Fresh tank capacities at 30 and 36 gallons are absolutely huge for a camper this size. Are the dual tanks connected or separate?
Justin: From the fill port, the plumbing has a Y to disperse water between the two tanks. Then we connect the two tanks with a small equalizing hose. If one tank fills faster than another, they equalize each other. We’ve tested the system and it works really well.
Are there any changes to the propane and/or battery accommodations for the Skinny Guy Model 5.5?
Justin: The 20-pound propane and single Group 31 battery capacity is the same as the 6.5, and (in the Kit ’N Kaboodle trim) you still get a Xantrex inverter, the Redarc Manager 30, and a 190-watt solar panel.
The black water tank is 9 gallons, which is going to be our black tank size across the board.
What trucks are you targeting for the Skinny Guy Model 5.5?
Justin: Full-size half-ton pickups with 5.5-foot beds are perfect for the Skinny Guy Model 5.5. That includes the Ram 1500, Chevy 1500, Ford F-150, and Toyota Tundra. We get a lot of requests for the Tundra, especially with the release of the new body style. The Crew Max Tundra is a 5.5 bed. That configuration is becoming very popular.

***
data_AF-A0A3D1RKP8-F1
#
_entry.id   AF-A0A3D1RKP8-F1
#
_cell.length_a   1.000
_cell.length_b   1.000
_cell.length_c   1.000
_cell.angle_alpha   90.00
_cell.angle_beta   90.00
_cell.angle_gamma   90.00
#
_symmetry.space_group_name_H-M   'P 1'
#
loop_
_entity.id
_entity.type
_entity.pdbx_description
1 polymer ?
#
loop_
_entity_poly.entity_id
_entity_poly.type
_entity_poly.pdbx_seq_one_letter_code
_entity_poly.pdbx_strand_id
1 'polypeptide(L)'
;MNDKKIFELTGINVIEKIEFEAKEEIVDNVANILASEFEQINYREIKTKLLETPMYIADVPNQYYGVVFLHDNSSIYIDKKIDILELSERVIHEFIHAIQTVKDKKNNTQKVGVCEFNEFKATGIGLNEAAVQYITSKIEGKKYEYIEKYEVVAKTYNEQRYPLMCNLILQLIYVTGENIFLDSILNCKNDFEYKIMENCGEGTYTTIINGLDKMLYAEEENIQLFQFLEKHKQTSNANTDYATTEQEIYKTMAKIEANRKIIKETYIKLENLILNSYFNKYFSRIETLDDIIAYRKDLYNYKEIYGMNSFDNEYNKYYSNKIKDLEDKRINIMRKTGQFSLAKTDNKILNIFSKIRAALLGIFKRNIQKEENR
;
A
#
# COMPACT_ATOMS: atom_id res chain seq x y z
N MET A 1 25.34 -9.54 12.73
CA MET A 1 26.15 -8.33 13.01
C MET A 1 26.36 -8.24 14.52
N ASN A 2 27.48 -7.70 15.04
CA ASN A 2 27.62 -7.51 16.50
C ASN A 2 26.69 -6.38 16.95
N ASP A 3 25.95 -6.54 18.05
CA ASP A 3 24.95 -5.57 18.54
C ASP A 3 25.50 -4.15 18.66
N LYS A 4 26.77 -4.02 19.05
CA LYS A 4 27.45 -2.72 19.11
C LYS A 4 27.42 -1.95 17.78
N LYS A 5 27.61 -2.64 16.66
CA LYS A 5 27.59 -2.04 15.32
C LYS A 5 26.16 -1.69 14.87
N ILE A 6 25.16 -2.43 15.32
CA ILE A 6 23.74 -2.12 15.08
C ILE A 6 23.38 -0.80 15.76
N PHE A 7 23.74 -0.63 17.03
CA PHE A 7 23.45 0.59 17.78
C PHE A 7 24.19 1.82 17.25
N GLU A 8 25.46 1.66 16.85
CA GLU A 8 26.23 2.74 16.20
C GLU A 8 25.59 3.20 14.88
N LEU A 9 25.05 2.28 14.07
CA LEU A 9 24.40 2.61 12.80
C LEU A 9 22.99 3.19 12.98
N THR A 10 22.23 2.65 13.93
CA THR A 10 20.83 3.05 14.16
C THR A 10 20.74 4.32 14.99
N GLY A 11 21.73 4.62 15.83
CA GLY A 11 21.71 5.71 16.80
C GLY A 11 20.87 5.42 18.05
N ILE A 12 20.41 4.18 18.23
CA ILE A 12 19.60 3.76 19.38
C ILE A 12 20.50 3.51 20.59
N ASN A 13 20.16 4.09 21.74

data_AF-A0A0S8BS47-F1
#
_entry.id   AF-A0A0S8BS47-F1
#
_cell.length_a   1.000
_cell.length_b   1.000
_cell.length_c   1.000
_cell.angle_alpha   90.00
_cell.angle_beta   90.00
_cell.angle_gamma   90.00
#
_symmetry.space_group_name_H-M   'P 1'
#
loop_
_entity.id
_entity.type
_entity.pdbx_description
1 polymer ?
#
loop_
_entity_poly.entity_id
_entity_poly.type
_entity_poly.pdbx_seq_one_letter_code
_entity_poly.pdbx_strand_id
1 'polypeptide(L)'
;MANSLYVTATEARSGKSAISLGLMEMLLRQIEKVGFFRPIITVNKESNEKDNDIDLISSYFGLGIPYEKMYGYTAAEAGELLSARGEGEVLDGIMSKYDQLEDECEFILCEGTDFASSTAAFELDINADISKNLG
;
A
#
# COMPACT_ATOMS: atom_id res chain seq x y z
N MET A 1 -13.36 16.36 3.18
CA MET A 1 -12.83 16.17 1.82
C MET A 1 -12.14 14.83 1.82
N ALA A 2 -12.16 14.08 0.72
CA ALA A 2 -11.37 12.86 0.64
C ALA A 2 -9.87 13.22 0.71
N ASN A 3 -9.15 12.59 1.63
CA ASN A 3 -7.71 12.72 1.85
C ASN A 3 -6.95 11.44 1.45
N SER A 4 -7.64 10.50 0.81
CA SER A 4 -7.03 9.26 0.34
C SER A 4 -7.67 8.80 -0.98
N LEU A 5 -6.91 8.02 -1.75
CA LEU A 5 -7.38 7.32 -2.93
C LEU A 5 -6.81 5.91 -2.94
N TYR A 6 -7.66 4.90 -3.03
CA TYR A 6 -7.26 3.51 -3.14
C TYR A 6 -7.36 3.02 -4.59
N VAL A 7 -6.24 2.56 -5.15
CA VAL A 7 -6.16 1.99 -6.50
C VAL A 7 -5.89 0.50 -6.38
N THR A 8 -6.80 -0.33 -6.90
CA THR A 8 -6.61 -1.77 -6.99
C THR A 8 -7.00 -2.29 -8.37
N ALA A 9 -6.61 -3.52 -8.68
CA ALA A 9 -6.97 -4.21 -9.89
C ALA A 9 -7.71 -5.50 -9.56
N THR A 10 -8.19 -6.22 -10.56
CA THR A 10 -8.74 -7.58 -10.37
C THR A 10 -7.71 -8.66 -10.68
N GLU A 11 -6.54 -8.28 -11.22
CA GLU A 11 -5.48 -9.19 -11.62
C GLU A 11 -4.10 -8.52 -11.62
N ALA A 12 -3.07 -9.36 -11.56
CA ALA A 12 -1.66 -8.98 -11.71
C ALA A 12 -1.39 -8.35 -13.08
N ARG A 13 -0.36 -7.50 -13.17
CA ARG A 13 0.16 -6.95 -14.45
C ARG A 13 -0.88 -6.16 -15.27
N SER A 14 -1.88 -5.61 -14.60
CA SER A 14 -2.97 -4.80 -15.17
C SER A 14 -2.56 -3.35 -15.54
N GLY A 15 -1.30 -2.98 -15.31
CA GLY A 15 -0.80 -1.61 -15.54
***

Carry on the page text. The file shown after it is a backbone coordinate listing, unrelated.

Do you feel that you’ll be able to adapt Skinny Guy campers as more truck makes, models, and bed dimensions emerge from the automakers?
Jason: Yes, we will adapt. We just spent two-and-a-half years measuring trucks including the last three generations of each make and model. That was actually easier than adapting to the new trucks that are coming out. If a new 6.5-foot truck comes out, we will make the minor adjustments needed so our Skinny Guy 6.5 camper fits it. We want our campers to fit old and new trucks.